A New Dog at Home: First Things to Know

What should you prepare for your new dog? What isn’t he allowed to eat? Basic information for dog raising.

Congratulations, a new dog has just joined your family. The dog will very quickly become part of your family, and you must bear the responsibility for his health and welfare.

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Whether this is the first time you raise a puppy or not, certainly there are many questions about the raising process. We shall try here to provide you with initial information.

A pup should be brought home when he has already reached the age of 6-8 weeks. At this age, he is weaned of breast milk, which gives him a defense against environmental dangers and enables transferring him to a new house. It is not recommended to take a puppy away from his mother before this age.

It’s also desirable to know who the puppy’s parents were and where he was born in order to ensure that we receive a healthy puppy. If the source of the puppy is unclear – he should be brought to a veterinarian even before the formal date of vaccination arrives..

The first days in the new house are hard for the young pup. On the one hand, he has just been separated from his mother and maybe from his friends, to be brought to an unfamiliar environment. During the first few days the puppy might whine more than usually, and be restless. If he is a newborn, you may try to soften the transition by putting him in a small basket, covering him with blankets, and putting a clock near him. The clock beating simulates the mother’s heartbeats, and helps soothing the young puppy.

What should you prepare for your new dog?

1. Appropriate size collar and leash are essential.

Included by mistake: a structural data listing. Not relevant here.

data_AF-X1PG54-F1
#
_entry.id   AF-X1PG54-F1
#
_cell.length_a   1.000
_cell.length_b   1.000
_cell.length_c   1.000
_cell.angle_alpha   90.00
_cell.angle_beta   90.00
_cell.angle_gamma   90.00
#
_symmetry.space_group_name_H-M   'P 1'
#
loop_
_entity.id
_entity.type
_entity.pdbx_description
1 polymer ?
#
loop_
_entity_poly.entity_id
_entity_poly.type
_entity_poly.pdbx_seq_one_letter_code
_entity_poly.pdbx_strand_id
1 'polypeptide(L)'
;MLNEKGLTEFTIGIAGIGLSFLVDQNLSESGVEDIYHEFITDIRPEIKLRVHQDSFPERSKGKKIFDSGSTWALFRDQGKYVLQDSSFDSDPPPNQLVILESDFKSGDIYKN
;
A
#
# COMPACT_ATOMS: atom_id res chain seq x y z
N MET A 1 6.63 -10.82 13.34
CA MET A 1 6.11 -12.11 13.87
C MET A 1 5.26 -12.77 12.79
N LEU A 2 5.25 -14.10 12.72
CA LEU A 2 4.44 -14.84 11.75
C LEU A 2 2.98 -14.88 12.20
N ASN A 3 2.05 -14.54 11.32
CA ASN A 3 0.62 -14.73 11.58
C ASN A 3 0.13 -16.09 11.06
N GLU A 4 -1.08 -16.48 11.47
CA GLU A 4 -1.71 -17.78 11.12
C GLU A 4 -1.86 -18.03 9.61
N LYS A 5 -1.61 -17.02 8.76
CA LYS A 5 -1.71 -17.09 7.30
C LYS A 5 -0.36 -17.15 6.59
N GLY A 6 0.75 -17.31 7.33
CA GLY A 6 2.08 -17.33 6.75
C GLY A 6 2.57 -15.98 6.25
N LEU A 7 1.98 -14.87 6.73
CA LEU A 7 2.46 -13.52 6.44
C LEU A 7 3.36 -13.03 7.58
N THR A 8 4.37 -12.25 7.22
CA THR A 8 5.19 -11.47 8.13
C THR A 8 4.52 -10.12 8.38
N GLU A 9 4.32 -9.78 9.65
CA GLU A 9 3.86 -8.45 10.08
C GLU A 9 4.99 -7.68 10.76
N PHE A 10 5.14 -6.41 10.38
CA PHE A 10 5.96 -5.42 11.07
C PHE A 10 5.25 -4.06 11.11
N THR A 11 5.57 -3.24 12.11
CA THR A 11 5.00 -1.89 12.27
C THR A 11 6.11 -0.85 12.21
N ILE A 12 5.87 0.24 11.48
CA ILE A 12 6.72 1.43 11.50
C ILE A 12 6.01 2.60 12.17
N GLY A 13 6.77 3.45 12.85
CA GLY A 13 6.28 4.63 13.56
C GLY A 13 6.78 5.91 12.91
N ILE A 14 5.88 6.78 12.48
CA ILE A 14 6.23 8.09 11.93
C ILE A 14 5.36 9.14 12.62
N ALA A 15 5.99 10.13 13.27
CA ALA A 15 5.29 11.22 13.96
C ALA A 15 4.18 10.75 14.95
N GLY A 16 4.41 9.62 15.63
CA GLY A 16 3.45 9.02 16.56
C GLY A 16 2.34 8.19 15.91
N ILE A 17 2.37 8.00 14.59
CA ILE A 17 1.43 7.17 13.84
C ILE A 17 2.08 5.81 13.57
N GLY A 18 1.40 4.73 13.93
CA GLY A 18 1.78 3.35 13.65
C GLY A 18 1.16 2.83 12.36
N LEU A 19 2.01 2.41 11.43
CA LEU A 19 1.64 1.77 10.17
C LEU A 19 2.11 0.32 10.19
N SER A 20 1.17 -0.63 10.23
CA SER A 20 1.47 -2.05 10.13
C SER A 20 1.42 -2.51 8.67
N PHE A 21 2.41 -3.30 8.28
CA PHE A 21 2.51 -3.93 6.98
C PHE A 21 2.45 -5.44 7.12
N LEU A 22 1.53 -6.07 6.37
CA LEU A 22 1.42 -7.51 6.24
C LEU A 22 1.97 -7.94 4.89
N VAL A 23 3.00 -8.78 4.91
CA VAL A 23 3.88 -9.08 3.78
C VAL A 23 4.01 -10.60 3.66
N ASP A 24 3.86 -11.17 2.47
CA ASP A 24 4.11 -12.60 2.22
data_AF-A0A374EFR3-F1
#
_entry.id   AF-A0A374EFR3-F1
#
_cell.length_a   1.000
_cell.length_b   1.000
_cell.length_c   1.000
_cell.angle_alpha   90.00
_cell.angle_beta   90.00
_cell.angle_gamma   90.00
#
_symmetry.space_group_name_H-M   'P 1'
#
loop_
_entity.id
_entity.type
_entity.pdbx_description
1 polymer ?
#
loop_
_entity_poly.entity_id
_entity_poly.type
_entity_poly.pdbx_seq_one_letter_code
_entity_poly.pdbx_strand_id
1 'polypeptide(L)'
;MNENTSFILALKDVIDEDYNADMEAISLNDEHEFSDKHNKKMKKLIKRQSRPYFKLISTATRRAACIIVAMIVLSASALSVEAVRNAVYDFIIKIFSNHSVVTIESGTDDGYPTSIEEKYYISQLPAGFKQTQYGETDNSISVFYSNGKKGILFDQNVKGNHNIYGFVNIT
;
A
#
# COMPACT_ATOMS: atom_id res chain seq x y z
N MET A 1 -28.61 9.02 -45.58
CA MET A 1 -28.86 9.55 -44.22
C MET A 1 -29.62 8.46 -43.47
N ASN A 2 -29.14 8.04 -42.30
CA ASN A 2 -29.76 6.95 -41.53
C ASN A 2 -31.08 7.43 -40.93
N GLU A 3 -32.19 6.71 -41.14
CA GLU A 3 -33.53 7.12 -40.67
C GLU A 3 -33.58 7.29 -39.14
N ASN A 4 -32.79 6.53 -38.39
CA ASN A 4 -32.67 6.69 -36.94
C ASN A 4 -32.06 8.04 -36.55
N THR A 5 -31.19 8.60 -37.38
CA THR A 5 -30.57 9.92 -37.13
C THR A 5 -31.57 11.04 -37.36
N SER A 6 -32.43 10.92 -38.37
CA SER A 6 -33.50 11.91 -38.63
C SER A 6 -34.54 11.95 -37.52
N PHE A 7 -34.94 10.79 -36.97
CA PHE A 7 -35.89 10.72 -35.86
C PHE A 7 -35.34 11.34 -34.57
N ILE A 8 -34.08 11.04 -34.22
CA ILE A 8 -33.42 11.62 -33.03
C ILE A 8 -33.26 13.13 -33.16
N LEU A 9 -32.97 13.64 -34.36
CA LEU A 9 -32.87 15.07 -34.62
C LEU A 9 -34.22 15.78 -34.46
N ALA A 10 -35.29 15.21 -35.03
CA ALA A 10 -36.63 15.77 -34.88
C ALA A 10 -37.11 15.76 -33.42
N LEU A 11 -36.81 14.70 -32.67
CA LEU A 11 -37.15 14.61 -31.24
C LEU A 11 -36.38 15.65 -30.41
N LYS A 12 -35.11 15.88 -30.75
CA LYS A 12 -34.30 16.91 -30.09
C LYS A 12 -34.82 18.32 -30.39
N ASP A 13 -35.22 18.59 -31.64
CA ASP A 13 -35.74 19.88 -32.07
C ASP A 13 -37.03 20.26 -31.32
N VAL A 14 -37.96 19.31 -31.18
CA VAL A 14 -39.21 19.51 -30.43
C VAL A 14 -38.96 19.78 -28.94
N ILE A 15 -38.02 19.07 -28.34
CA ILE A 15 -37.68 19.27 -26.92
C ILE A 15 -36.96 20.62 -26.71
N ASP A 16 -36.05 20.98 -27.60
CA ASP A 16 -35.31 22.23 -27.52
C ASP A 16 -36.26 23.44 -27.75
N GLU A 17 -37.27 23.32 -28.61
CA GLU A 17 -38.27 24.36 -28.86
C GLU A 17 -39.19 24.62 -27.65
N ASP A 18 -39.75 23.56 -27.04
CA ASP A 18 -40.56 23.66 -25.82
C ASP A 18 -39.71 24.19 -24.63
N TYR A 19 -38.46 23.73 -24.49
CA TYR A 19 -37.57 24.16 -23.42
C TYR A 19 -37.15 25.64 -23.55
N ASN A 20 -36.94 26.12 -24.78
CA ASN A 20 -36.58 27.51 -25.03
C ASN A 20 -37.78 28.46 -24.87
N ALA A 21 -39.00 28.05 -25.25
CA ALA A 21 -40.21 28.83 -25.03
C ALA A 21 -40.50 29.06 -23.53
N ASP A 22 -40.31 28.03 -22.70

2. There should be suitable bowls for food and water. It is important that these vessels are clean and placed where the puppy can see and reach them without difficulty. The water should be always fresh.

3. A rug on which he can sleep.

4. Furthermore, a hairbrush and toys (for dogs only) would be nice.

What should your dog eat?

Food is especially important in this early stage of life. During this period, the dog grows up more rapidly than later, so his nutrition needs are also different. Your puppy needs to eat “baby food” only. There are many companies that market special food for puppies at different standards of quality and a wide range of prices. No matter what company’s food you buy, it is important to make sure that this company is well known and reliable and that the bag carries a guarantee that it contains “complete and balanced dog food”. There are foods that are adjusted to dog sizes (large / medium / small). The food may be “dry” or “liquid”, or another composition. Whatever option you choose, it is important that this will be the only food your dog gets.

 Please, do not give your dog your family leftovers! They may cause gastrointestinal problems and tooth plaque.

There is no need of vitamins and food supplements (unless your veterinarian recommended otherwise). The food you bought contains them already. The fact that your dog gets the same food repeatedly  should not worry you, though there are ways to produce some delicacies for him.

The daily food ratio is determined by the dog weight. It is usually written on the food bag. It is recommended that a young puppy get 4 meals a day (take the bowl away a few minutes after he finished eating a meal). At the age of 6 months, he should be given 2 meals a day.    

Important rules

1. Make sure that the puppy has fresh water 24/7 in a suitable bowl.

2. Do not give him supplements (such as calcium and vitamins) without a veterinarian’s prescription. Such additives might impair his skeletal development.

3. Never give a dog (of all ages) – bones, chocolate, onions, garlic, broccoli, cauliflower, spicy and fried foods. Generally speaking: kitchen leftovers are not recommended.

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4. Remember: milk brings about diarrhea.

5. Keep children toys and cleaning materials away from your dog. They might block his intestines or poison him.

6. Do not give your dog drugs that were not prescribed by a vet. Some free drugs we take are toxic to dogs.

There is a lot more to know about your dog. Visit my web site to additional articles and a lot of other information (don’t forget to bookmark it and share it with others). Click here!   

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